From growing the tobacco plant to the disposal of butts and packaging, the whole life cycle of a cigarette takes a heavy toll on the environment. September 2021.
Around 1.1 billion people aged 15 and over smoke, with 80% living in LMICs (low and middle income countries). Tobacco growing and consumption have become concentrated in the developing world where the health, economic, and environmental burden is heaviest and likely to increase. July 2019.
|ASH statement on crop diversification
|Statement to the Framework Convention on Tobacco Control on agricultural diversification and crop alternatives to tobacco.|
|Common Agricultural Policy (CAP) and Tobacco Subsidies|
|EU Directory of Community legislation in force relating to Raw Tobacco (In Force)
|Currently, the growth and cultivation of raw tobacco is governed by EU regulation and legislation under the Common Agricultural Policy (CAP). Tobacco is produced by several member countries, primarily Spain, Italy and Greece. Under the terms of CAP, producing countries are eligible to claim EU subsidies on tobacco crops. In 1998, €870m (£524m) worth of subsidies were paid out through CAP.The basic modus operandi of the CAP tobacco subsidy regime is set out in Regulation 2075/92 (as amended) with specific implementation in Regulation 2848/98, which introduced a series of reforms. The subsidy regime now pays according to three criteria – quantity produced, quality and price (previously there was a set payment per kilo). Farmers that produce higher quality receive higher subsidy payment. The system is a ‘deficiency payment’ arrangement in which premiums are paid to growers to compensate for the difference between standardised European production costs and world prices.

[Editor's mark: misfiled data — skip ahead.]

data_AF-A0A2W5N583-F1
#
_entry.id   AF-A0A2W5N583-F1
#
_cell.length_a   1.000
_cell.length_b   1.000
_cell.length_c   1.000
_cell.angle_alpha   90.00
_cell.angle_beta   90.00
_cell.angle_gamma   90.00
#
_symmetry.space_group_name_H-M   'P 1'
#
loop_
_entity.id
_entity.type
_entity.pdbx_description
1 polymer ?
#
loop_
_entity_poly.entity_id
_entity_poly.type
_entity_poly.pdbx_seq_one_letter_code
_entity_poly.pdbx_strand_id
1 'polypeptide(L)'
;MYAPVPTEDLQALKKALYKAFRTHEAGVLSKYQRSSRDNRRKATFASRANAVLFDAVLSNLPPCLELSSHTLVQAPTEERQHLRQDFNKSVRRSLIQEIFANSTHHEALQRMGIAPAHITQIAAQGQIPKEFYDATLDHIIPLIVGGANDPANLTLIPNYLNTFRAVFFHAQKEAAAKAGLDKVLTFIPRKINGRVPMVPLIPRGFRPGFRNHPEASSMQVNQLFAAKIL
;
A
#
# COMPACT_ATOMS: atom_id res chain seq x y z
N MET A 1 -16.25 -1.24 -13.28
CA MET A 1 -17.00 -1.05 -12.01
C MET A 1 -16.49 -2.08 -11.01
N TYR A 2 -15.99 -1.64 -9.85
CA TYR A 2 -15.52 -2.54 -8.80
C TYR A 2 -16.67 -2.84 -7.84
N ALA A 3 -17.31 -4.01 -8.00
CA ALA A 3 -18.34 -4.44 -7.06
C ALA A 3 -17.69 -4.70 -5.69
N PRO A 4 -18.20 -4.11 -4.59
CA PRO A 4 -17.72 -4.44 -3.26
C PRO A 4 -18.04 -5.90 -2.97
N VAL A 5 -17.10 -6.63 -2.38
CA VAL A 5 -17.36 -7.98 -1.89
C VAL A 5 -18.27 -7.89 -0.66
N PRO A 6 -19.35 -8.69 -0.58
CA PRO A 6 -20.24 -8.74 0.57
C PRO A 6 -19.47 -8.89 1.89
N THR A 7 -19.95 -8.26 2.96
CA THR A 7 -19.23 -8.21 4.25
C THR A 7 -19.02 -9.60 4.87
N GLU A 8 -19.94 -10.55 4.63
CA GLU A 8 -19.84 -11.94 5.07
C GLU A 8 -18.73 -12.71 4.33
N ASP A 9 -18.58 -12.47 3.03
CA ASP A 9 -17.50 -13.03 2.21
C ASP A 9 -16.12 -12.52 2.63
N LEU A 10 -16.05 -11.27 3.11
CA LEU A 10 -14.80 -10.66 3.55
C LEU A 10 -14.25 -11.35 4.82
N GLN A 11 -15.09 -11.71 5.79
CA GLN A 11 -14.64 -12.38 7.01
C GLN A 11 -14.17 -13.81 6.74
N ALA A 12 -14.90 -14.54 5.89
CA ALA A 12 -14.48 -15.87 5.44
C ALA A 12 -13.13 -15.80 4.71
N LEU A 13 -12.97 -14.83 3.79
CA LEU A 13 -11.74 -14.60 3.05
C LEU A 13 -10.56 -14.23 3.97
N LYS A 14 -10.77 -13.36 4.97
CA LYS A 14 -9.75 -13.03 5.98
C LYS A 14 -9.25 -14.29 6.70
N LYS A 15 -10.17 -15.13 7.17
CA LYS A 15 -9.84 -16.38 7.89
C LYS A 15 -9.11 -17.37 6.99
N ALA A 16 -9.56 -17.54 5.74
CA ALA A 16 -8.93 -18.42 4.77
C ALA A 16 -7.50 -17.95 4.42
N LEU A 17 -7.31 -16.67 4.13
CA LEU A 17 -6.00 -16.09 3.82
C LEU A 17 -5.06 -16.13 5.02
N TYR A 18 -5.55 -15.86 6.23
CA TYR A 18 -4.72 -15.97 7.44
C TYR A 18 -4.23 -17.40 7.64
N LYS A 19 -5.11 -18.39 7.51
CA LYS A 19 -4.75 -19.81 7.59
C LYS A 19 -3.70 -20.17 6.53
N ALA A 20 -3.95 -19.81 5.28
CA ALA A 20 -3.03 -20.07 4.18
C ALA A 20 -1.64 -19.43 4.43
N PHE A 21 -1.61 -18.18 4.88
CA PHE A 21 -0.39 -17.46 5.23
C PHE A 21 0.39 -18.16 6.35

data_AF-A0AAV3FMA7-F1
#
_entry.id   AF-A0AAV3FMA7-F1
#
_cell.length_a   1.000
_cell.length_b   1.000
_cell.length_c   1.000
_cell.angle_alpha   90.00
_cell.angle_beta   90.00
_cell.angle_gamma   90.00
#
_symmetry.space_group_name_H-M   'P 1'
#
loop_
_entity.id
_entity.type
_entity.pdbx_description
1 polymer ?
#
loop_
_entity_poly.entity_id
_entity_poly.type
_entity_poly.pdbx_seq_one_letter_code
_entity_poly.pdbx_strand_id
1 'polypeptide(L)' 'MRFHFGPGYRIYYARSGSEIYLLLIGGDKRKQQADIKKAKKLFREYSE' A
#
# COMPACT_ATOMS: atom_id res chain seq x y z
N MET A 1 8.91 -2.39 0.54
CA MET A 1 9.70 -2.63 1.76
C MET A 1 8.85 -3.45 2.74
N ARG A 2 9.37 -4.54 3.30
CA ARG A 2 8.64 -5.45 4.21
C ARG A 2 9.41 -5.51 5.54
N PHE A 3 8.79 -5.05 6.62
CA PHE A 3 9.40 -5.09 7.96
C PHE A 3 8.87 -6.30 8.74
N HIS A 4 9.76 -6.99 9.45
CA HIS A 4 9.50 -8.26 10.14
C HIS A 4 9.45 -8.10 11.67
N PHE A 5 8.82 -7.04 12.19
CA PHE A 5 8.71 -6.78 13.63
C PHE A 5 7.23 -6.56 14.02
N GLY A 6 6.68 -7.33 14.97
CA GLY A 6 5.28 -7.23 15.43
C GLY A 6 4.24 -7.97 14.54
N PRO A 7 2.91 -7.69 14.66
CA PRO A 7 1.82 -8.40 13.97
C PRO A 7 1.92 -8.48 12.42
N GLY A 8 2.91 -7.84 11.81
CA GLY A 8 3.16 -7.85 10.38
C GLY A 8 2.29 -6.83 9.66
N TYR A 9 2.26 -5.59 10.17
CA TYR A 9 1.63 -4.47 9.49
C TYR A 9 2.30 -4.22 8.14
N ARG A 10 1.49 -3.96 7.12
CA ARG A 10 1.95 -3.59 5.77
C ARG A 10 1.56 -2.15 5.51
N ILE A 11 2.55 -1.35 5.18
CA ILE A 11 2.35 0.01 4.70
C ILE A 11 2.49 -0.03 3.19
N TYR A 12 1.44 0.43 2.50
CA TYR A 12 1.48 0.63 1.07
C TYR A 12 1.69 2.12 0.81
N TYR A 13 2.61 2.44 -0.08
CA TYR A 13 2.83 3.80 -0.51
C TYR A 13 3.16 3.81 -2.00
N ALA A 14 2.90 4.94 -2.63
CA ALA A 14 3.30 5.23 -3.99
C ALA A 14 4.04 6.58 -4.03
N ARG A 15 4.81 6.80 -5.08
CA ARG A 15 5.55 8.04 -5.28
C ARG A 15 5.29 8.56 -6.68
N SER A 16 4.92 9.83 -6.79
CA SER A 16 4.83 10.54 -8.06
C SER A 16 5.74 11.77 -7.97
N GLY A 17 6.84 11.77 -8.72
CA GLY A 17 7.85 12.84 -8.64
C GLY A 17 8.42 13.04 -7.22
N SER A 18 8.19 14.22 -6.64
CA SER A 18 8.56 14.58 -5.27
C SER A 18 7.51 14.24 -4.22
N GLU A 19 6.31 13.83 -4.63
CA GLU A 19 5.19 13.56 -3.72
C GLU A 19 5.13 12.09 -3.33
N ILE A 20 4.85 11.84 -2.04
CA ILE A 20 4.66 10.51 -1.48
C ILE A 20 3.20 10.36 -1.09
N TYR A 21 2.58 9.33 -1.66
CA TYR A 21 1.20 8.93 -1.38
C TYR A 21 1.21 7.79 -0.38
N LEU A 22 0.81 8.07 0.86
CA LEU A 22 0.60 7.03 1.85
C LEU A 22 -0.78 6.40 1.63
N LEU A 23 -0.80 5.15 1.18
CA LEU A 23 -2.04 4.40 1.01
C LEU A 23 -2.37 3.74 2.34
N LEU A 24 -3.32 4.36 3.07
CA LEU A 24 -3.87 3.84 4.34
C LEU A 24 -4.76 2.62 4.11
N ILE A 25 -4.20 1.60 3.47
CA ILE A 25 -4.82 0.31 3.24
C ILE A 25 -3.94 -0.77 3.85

Article 26 of Regulation 2075/92 as amended by Regulation 1636/98 requires a review of the tobacco subsidy regime. In April 2004, the Council of Agriculture Ministers agreed to a package of reform measures including the gradual phasing out of tobacco subsidies. The reform will lead to a de-coupling of subsidies starting in 2006, to be completed by 2010. This means that subsidies will no longer be linked to production. From 2010, half of the cash currently destined for crop production will be used to fund wider rural development with the remainder being paid to farmers in the form of a single farm payment that does not encourage tobacco production.
|ASH: Phasing out tobacco subsidies in the European Union
|As the European Commission proposes to phase out almost 1 billion Euro of subsidies to tobacco growing, replacing the subsidy regime with support for sustainable development. ASH looks at the background to tobacco subsidies, reasons for a phase out – and what could be done instead.|
|Reform of the Common Agricultural Policy (CAP) (External Web Page)||European Union Agenda 2000.The aim of the new CAP reform is to deepen and widen the 1992 reform by replacing price support measures with direct aid payments and accompanying this process by a consistent rural policy.|